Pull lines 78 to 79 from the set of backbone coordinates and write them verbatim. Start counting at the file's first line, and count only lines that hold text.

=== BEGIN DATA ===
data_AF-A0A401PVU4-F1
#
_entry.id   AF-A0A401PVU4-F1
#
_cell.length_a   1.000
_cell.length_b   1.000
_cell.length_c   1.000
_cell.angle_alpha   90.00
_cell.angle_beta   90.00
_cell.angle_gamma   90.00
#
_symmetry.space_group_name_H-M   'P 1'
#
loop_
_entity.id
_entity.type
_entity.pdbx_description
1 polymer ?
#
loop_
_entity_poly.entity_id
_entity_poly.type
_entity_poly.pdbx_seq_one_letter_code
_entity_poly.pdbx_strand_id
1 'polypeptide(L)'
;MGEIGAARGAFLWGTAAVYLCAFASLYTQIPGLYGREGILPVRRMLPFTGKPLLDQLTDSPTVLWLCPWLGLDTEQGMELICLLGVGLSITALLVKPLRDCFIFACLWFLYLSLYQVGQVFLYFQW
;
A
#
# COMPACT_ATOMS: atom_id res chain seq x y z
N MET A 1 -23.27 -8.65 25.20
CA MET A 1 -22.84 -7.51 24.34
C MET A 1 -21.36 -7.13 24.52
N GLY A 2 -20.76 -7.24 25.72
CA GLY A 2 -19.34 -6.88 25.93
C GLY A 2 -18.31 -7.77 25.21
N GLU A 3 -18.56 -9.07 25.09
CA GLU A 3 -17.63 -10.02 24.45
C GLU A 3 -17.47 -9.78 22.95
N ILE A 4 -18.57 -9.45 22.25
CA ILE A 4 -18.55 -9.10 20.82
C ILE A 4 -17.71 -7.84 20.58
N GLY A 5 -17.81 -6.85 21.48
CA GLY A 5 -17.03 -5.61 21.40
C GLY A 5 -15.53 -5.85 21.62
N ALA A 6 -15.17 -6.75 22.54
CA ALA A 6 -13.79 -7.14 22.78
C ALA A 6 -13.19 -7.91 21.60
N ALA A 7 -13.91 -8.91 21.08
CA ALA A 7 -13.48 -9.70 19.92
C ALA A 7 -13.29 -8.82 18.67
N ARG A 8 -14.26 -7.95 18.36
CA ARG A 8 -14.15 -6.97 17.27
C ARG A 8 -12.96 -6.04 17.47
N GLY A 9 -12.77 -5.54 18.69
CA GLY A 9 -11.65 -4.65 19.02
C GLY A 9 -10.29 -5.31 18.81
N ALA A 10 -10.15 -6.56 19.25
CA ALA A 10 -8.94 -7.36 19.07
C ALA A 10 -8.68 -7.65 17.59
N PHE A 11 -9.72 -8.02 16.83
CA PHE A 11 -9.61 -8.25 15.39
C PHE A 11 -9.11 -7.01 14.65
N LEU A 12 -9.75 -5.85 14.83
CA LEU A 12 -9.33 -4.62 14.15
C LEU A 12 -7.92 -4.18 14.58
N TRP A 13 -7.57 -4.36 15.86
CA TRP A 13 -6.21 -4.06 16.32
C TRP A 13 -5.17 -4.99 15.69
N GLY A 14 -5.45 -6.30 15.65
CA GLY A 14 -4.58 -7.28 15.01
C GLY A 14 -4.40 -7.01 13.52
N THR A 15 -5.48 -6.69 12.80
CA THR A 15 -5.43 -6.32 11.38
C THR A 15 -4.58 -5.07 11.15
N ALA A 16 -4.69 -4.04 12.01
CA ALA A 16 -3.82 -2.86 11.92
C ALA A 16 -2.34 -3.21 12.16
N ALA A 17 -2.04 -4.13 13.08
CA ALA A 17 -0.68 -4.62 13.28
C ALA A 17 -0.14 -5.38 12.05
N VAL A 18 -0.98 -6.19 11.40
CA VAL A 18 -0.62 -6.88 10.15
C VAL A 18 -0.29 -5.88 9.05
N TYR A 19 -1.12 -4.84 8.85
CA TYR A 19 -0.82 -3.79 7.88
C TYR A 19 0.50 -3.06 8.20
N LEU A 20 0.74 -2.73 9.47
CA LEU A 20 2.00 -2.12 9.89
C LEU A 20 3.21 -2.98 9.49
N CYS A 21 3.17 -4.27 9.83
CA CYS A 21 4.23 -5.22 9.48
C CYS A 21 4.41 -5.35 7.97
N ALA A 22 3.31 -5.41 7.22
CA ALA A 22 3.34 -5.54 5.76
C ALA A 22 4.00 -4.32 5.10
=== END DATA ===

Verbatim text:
C ALA A 16 -2.34 -3.21 12.16
N ALA A 17 -2.04 -4.13 13.08